Asked • 03/26/19

Why are pharmacology studies so experimental?

I am a med student, and as far as I see from our pharmacology lectures, pharmacologists work almost completely experimental. Quite typically they take a substance (e.g., from nature), they add, change or remove some chemical groups, and then they test it (either with high throughput screening or on animals), for example to see whether the new drug is active or not. To me, this sounds a bit indirect. Ideally, we should know exactly what we are targeting, and then custom-make a new drug. For example, if we know which receptor (the 'lock') we wish to activate or inhibit, why do pharmacologists not simply design a fitting key (a plug to block, or a substrate-resembling activator) to the specific lock?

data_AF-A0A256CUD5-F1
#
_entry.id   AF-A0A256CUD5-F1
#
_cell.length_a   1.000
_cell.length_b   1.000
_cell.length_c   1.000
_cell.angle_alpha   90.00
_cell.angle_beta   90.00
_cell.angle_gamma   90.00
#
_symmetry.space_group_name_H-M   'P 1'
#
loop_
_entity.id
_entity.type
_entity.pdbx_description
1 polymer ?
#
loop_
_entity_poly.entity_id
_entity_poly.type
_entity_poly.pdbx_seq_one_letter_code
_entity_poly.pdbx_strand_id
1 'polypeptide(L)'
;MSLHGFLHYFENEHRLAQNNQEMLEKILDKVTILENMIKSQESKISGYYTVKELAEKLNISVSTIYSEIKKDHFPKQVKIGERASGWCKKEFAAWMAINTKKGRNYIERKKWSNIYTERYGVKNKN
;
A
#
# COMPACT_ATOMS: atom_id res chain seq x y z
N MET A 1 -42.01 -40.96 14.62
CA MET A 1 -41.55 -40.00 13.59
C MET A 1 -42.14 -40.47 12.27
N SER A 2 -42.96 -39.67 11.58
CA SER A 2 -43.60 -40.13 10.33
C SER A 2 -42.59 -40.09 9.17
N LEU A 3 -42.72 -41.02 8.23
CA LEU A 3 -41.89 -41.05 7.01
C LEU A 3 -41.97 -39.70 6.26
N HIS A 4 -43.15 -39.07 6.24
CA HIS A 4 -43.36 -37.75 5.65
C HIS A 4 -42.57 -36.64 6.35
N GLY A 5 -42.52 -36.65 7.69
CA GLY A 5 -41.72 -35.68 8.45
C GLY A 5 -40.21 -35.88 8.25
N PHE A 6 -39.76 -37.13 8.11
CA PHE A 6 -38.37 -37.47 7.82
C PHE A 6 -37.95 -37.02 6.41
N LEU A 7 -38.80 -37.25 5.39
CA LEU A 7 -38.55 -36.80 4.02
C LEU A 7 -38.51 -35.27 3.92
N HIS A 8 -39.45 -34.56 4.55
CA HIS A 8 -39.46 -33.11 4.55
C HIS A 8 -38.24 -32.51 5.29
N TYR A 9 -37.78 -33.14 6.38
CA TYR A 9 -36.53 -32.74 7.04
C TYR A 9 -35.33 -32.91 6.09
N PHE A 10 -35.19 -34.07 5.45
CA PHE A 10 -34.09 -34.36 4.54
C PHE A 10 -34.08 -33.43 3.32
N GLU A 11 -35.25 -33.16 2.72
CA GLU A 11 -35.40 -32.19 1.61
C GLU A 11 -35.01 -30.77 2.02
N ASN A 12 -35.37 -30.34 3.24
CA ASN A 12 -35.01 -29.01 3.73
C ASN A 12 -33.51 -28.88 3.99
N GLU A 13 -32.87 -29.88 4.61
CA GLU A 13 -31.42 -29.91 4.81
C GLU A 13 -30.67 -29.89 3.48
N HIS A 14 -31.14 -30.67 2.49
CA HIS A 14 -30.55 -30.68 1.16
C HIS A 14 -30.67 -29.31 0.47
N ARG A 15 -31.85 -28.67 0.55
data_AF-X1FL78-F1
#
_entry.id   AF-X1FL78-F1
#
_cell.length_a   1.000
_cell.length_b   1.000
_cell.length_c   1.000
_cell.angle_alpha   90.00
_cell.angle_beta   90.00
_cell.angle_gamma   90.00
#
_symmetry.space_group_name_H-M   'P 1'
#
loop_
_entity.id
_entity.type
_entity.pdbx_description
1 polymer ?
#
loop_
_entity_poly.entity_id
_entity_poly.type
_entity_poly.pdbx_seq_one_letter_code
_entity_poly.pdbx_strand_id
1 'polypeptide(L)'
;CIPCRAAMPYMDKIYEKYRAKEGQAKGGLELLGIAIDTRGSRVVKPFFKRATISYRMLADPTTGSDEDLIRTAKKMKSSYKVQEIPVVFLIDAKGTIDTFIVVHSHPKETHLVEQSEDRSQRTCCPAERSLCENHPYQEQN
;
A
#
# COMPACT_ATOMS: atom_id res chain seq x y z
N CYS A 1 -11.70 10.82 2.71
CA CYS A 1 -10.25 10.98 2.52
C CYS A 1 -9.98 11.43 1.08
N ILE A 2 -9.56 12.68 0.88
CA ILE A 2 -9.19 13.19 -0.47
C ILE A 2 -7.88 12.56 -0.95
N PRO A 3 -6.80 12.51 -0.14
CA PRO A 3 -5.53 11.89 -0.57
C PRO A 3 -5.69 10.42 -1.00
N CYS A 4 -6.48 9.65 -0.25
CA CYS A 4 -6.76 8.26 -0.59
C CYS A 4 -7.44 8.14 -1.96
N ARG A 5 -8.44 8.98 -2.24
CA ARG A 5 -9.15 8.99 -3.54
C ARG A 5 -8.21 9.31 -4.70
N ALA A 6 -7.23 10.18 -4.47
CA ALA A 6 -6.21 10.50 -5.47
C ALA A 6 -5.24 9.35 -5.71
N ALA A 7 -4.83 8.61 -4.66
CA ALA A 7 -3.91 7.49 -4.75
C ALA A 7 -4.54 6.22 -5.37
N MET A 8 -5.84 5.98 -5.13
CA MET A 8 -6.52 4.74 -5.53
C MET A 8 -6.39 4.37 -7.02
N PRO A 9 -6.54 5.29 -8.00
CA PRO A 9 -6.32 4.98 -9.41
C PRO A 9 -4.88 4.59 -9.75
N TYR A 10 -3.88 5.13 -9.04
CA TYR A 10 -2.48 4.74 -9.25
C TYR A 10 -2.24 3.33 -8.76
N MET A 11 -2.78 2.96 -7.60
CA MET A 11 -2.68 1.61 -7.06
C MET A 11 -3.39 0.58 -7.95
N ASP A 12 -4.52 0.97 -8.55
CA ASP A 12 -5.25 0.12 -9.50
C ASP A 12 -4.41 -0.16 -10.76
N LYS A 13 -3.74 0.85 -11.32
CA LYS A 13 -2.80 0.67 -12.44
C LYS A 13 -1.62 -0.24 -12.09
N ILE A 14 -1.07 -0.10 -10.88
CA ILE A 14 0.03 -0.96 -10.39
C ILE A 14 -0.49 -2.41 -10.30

1 Expert Answer

By:

Howard B. answered • 04/13/19

Tutor
New to Wyzant

PhD Pharmacology with 25+ years mentoring junior Pharma scientists

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